Editor's note: An earlier version of this story described incorrectly the change in California's retail vehicle sales in 2015.
For the first time in seven years, U.S. dealership new-vehicle throughput -- the average number of units sold per store -- is expected to decline, according to most light-vehicle sales forecasts and data from Urban Science, a retail consulting firm.
Urban Science, of Detroit, reported the average dealership throughput last year was 966. The company forecasts throughput will be 960 this year. That’s still higher than 2014’s 921.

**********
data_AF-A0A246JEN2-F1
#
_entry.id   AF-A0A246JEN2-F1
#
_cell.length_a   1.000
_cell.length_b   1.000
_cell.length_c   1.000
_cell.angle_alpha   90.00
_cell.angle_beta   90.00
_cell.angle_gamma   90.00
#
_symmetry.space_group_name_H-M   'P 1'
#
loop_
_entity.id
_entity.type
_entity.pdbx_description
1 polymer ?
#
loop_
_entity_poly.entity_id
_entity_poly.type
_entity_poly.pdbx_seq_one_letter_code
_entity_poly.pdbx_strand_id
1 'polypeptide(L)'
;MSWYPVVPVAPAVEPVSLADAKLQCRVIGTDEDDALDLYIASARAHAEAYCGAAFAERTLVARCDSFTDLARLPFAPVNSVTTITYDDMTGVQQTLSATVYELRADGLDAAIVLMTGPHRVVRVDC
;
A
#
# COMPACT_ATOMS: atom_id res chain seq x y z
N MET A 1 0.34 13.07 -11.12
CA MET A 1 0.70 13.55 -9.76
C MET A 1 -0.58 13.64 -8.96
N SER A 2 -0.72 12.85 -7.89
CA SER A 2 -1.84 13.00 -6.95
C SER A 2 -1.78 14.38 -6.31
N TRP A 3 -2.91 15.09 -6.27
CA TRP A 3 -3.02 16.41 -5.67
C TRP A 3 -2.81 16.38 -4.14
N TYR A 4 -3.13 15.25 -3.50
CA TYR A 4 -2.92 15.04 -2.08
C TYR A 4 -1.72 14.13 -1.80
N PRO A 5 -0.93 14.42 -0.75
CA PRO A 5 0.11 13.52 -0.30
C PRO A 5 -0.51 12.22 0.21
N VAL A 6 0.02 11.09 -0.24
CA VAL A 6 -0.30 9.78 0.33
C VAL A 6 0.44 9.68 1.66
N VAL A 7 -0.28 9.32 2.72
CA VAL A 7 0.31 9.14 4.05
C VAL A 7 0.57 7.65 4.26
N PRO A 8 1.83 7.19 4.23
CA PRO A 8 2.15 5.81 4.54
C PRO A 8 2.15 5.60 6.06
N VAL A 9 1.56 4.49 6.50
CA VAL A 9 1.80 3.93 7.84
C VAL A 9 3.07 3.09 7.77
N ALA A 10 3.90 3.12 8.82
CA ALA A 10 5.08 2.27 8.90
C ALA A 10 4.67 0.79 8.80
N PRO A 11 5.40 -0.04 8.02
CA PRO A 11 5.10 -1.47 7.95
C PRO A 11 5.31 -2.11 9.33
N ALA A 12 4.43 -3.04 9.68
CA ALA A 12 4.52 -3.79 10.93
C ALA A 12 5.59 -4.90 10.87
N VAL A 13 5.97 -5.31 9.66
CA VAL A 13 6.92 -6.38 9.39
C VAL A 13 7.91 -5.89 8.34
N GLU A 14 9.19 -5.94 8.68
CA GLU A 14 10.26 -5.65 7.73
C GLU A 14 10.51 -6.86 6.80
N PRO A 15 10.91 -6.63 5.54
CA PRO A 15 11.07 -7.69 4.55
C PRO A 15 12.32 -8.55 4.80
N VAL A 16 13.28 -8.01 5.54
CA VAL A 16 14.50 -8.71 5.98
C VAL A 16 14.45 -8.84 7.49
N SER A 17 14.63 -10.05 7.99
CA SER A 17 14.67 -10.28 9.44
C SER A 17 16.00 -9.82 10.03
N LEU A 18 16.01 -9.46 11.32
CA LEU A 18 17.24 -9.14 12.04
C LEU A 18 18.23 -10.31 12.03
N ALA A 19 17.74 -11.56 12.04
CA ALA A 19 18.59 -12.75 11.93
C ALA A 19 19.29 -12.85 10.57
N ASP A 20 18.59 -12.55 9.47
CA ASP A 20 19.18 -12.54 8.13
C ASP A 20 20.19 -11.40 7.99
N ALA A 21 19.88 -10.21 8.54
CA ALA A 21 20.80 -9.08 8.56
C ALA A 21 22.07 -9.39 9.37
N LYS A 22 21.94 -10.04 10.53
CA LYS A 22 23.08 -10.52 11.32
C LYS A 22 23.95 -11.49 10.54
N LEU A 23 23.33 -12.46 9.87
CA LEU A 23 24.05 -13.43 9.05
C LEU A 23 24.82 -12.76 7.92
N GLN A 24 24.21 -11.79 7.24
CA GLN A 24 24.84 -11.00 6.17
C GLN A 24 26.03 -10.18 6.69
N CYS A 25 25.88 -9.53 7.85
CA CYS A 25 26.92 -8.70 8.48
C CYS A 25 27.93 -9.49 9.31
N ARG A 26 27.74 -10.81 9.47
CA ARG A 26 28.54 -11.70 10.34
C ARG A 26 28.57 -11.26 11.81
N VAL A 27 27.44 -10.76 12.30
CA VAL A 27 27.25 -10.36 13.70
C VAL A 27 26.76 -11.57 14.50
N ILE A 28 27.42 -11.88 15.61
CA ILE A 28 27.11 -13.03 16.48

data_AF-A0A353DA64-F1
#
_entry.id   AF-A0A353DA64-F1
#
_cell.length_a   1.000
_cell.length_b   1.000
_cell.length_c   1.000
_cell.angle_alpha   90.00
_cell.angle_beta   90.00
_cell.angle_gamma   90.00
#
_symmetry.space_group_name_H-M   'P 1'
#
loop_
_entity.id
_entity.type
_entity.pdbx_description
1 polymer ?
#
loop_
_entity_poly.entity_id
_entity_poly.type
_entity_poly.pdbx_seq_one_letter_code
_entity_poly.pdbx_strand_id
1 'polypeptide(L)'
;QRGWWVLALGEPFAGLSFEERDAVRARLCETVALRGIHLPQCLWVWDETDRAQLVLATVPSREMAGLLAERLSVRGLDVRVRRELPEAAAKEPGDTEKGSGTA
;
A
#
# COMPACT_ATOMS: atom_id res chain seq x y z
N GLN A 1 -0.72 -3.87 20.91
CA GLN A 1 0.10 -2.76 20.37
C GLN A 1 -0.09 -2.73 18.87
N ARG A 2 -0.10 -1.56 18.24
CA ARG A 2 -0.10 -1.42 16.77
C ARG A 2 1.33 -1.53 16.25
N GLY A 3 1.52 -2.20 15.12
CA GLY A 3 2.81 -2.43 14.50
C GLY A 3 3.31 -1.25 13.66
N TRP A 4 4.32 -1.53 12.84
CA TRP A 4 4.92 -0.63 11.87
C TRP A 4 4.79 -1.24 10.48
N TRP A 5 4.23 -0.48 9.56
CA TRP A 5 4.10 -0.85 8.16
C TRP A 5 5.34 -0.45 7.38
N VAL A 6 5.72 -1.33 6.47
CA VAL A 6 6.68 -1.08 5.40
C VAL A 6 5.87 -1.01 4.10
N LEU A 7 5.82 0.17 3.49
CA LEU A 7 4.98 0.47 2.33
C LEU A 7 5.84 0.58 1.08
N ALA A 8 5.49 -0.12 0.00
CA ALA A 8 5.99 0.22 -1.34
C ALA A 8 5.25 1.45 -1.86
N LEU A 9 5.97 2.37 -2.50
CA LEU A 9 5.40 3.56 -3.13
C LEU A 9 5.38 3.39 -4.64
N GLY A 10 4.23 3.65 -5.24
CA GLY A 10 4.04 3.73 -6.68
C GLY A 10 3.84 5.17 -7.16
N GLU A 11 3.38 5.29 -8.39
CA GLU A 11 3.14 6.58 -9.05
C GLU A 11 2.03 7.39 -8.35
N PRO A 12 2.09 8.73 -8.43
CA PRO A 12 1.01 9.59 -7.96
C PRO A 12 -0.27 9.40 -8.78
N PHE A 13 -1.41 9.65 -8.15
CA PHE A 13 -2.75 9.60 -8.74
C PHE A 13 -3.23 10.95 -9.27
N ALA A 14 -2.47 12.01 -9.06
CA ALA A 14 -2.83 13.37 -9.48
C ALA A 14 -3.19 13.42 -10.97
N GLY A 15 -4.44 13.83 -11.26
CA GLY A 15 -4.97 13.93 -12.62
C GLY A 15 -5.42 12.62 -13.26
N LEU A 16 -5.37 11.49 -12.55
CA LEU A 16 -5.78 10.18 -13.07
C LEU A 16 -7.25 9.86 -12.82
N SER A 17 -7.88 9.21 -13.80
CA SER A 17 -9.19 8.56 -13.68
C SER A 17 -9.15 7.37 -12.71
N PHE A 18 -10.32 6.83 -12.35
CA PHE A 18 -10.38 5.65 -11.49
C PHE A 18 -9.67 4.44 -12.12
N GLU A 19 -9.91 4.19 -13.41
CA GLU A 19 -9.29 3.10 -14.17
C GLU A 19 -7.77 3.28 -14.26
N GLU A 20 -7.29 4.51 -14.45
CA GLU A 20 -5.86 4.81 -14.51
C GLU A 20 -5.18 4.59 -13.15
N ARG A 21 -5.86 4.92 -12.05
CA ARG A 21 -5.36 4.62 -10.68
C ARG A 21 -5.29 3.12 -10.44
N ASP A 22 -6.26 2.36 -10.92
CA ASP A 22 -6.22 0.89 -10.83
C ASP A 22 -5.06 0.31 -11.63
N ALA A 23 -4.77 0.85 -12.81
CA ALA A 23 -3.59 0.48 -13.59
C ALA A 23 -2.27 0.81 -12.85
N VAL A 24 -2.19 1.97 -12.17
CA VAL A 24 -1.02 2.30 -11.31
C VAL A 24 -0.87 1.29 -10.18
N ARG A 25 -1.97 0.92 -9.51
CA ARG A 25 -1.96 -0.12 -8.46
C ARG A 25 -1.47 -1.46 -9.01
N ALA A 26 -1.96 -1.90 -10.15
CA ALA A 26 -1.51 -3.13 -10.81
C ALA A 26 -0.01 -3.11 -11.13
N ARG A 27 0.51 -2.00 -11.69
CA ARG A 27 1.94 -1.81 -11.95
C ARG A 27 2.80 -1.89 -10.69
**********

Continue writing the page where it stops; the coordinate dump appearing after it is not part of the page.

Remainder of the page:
Throughput is defined as the number of sales divided by the dealership count. Most forecasts for U.S. new light-vehicle sales range between 17.3 million and 17.7 million vehicles, compared with last year’s 17.5 million. U.S. dealership count has remained relatively flat since the end of 2015, making the possibility of a new throughput record “questionable,” said Mitchell Phillips, global data director at Urban Science.
Urban Science released the forecast as part of its 2016 midyear Automotive Franchise Activity Report this week.